Chris Dunagan blogs: Are we about to see one of the infamous fish kills that we have observed in Southern Hood Canal in past years? I am unable to sound any alarms at this time, but if you live in the Hoodsport-Potlatch area or are scuba diving nearby, you might want to watch for dead fish on the surface, rockfish or shrimp swimming in shallow water, or wolf eels and octopuses acting strangely.

http://pugetsoundblogs.com/waterways/2013/09/22/will-hood-canal-experience-a-fish-kill-this-year/#axzz2fh3OuE5Z

Talk on GMO fish at Quimper Grange in PT April 1st.

Though it will be held April 1st, this is no joke. A talk by one of the leading people educating the public on the issues of fish farming and protecting wild salmon stocks.

AnneMosness

“TAMPERING WITH NATURE AND OUR RIGHT TO KNOW WHAT WE ARE EATING”, about GMO Salmon
Risks of genetic engineering of salmon will be the main topic of Anne Mosness’ program at Quimper Grange on Monday, April 1st. Anne has spent many years as captain of salmon fishing boats and comes from a commercial fishing family. She is a long time advocate for wild fish, healthy coastal ecosystems and economies. Her background includes representing wild fisheries at the UN Forum for Food Sovereignty, Slow Fish, Slow Food and organizing Blue Festival educational events.

When the genes of unrelated species of fish are combined it is possible to them to grow bigger and faster however there has not been adequate research on human health risks, the environment, or impacts on traditional food producers and businesses. If a GE salmon patent is granted it will open the floodgates for patenting other species of transgenic fish. Several laws and regulations currently being considered are very important and will be discussed at the Grange program.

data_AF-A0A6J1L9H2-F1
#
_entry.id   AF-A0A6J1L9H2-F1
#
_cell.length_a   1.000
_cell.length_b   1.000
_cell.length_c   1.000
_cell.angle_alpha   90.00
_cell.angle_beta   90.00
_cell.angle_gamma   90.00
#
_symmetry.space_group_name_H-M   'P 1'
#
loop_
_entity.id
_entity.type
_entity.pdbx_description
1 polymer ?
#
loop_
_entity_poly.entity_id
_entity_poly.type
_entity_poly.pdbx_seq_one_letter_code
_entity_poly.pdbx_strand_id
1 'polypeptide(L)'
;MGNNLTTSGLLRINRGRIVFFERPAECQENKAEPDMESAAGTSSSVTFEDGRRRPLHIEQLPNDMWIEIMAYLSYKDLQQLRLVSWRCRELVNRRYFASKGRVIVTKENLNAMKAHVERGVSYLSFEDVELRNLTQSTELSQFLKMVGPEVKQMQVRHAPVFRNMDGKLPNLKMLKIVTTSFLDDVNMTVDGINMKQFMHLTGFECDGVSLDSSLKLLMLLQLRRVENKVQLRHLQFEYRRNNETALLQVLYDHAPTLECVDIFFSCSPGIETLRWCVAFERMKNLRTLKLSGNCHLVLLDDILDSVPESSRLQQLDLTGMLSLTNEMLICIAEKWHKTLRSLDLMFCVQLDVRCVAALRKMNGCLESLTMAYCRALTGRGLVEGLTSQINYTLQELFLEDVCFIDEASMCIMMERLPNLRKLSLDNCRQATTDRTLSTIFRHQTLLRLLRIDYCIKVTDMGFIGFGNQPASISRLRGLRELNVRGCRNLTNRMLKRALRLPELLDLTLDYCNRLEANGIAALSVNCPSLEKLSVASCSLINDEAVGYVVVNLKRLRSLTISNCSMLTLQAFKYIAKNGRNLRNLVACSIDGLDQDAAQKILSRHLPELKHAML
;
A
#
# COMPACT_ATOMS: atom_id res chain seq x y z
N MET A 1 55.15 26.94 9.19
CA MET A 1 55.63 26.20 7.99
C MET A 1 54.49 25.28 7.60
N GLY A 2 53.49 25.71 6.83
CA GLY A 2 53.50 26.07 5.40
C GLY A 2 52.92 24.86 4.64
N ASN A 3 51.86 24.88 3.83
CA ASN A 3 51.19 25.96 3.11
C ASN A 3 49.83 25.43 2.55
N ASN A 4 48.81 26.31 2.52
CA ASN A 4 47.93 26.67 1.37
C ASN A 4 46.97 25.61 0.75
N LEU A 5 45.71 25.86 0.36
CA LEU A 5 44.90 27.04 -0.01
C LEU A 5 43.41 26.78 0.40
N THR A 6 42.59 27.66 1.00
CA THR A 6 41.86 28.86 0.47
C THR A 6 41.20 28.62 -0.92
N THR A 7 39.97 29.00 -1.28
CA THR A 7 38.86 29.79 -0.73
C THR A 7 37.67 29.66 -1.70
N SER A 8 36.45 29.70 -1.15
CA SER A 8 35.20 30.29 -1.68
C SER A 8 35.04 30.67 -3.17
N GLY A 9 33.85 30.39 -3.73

Anne will talk about the potential for pollution of the gene pool and how open cages have proven incapable of confining farmed fish which could have dire consequences in the in the marine environment.

In 2006 Quimper Grange authored a resolution in support of labeling genetically engineered organisms that was adopted as Washington State Grange’s policy position. Now, in light of impending legislation Quimper Grange reiterates its support of labeling genetically engineered foods and presents the public with an opportunity to learn about current and urgent genetic engineering issues. Quimper Grange, 1219 Corona Street (at the N. end of Sheridan). Doors open at 7:00 for socializing (potluck finger foods encouraged). Program starts at 7:30 for more information call Marla Streator at 385-6924.

More on Anne Mosness at http://www.foodandcommunityfellows.org/fellow/anne-mosness

Halibut and Ling Cod fishing season set.

Season will open in May. Hood Canal and South Puget Sound being closed to help protect the rockfish population, which could be argued is similarly threatened in the Strait, but for some reason the State scientists felt that the populations there are healthy enough to support more by catch.

We hope all you fishermen will stick to one Halibut a day, and report your catch. Your reporting helps make the science better, and ultimately leads to you being able to your grandchildren being able to fish. Given the current trend, that’s seriously in doubt.

Be aware that the Seattle Times is preparing to put a pay wall into affect. Soon you may have to subscribe to get any content from them. I recommend that anyone that appreciates getting substantial local news subscribe to their local papers. Us bloggers don’t get paid to go out and gather the news. The newspapers do, if ever so poorly since the Internet has hobbled their profit model.

Puget Sound getting ready for halibut seasons similar to last year’s
The Seattle Times

Halibut fishing will be closed in Hood Canal (Area 12) as well as
south-central and southern Puget Sound (Areas 11 and 13) to protect
endangered rockfish …
<http://seattletimes.com/html/othersports/2020525080_outn10.html

%d bloggers like this: